Hard of hearing

Signal dog

Source: http://www.stichtingsignaalhond.nl/

In my blogs, I regularly write about technical aids that support better speech and hearing understanding.
Today I want to highlight a living tool that is hairy and has four legs: the signal dog.
Almost everyone is familiar with the guide dog, a dog “in progress” that warns its blind or partially sighted boss or female of obstacles.
However, there are also dogs that are specially trained for the deaf and hard of hearing, signal dogs. This was unknown to me until 10 years ago, until I started accompanying a client who was training a signal dog.

The dog signals sounds at home, but can also be taken by his owner to work, the shop, on a trip, to conferences and the theatre. Some examples of sounds that these dogs can signal are: the doorbell, telephone (including text messages or whatsapp), being called by someone, objects that the owner unnoticed drops.
Sometimes it is sufficient if a signal dog as a pet mainly signals sounds in the home environment. Then he doesn’t have to go withhis owner everywhere. Such a signal dog is called a ‘light dog’.

Of course, all signal dogs, like guide dogs for the blind, are trained by special training. Puppies are selected for this training and when they are old enough they start their training in a playful way, until they are old enough for the more serious work.
When the signal dogs are at work, they wear a special jacket with a clearly visible logo, so that it is clear to everyone: this is a special dog. They may not be disturbed by others, for example by stroking them or appealing to them, because then they lose their concentration of work. They have to watch out for their owner and be alert to their owner’s commands.
In their spare time they can be like all other dogs, play, laze and enjoy.

The intensive cooperation between the signal dog and its owner also creates a deep bond with each other. Therefore it is also important that, when someone starts with a signal dog, there is a good click between dog and owner. And in many cases, the signal dog also has a social function for his owner and can provide coziness at home. Both owner and dog are initially supervised by a trainer in teaching commands and in dealing with each other.

A signal dog has a very valuable contribution to the life of its hearing impaired owner, a value that is often wrongly underestimated.
For those who are considering a signal dog or just want to know more about signal dogs, information can be found for example under https://www.dogsforbetterlives.org/hearing-dogs/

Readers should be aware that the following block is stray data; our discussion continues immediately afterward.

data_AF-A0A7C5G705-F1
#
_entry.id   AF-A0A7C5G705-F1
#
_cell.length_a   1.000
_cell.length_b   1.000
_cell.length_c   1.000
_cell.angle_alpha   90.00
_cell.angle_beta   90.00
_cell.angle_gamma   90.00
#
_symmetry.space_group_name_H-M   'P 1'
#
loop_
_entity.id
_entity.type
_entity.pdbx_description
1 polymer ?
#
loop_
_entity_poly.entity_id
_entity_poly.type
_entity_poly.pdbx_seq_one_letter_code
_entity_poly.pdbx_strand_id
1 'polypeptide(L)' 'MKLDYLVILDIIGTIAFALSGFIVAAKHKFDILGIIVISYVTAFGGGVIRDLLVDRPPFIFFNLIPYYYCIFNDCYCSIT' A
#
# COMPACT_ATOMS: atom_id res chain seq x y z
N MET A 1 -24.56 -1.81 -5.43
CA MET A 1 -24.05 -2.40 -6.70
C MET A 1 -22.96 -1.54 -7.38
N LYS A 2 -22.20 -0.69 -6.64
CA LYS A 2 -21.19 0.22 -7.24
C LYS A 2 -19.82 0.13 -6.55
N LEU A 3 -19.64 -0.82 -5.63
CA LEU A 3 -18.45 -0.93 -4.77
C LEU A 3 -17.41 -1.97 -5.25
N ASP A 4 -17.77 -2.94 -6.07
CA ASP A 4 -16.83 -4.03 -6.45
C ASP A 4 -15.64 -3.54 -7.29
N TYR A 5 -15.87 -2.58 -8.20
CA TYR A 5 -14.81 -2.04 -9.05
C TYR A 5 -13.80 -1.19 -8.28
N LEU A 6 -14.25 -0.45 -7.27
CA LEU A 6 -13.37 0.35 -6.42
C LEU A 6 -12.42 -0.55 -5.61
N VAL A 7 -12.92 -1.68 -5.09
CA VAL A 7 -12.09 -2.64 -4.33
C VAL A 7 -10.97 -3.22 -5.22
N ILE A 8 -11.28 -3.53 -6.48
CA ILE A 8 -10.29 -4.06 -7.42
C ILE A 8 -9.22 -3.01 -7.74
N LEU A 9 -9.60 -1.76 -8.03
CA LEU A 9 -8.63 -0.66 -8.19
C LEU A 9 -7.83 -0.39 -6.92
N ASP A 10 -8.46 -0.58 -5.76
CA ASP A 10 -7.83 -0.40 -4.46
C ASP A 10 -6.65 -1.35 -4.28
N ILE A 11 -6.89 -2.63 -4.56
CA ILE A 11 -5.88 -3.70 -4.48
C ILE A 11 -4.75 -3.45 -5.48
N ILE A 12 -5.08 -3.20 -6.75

Hard of hearing



Last week was quite hectic and exciting for me. In the Dutch media it was announced that a law is being drafted that allows employers to hire people with a handicap or a disability for less than the legally required minimum wage.
Although it is certainly praiseworthy to strive to employ more people with disabilities, the drafting of this law is not good.
On the one hand, because this law could send a signal to “normal” colleagues that they may have taken away their work from colleagues with impaired working conditions or handicap who might work cheaper, which would make a conflict in the workplace quite possible.
Secondly, this law sends the wrong signal that employees with disabilities or impairments are less valuable. In this society, a lot of value is placed on participation in the labour market and unfortunately people who cannot work or “only” work voluntarily and without payment, are wrongly classified as less valuable. This law would underline this social rift.

Now I am absolutely no activist and this is not about personal awareness, on the contrary, but such a law would hit the core of society and especially the people who often have to struggle with their impairment or handicap every day anyway. They deserve at least a valuable share in society.
That is why I wrote an open letter to the MP in the Dutch Parliament, of the party that proposed this bill. I also published this letter in the social media. Many have copied this letter and sent it under their own name.
Meanwhile there is also a good initiative to collect signatures against this bill.

Also this week, I had to cancel a workshop “All around the ear and hearing” here in Switzerland, because unfortunately there were not enough interested people. Of course a little disappointing, but it has made me realize how little this topic lives in our society, although the consequences of impairment, such as hearing impairment, are often very serious.
It can not only influence the social life of those affected, but those affected also have a hard time finding and retaining work worldwide.

With my goal of making people more aware of the challenges of everyday life with hearing impairment, I still have a long way to go and I hope many will accompany me on this path. Please forward this blog to others, talk or write openly about your (hearing) impairment.
As a well-known proverb says: “Unknown makes unpopular”. However, more information leads to more awareness and more awareness leads to more acceptance.

Will you join me?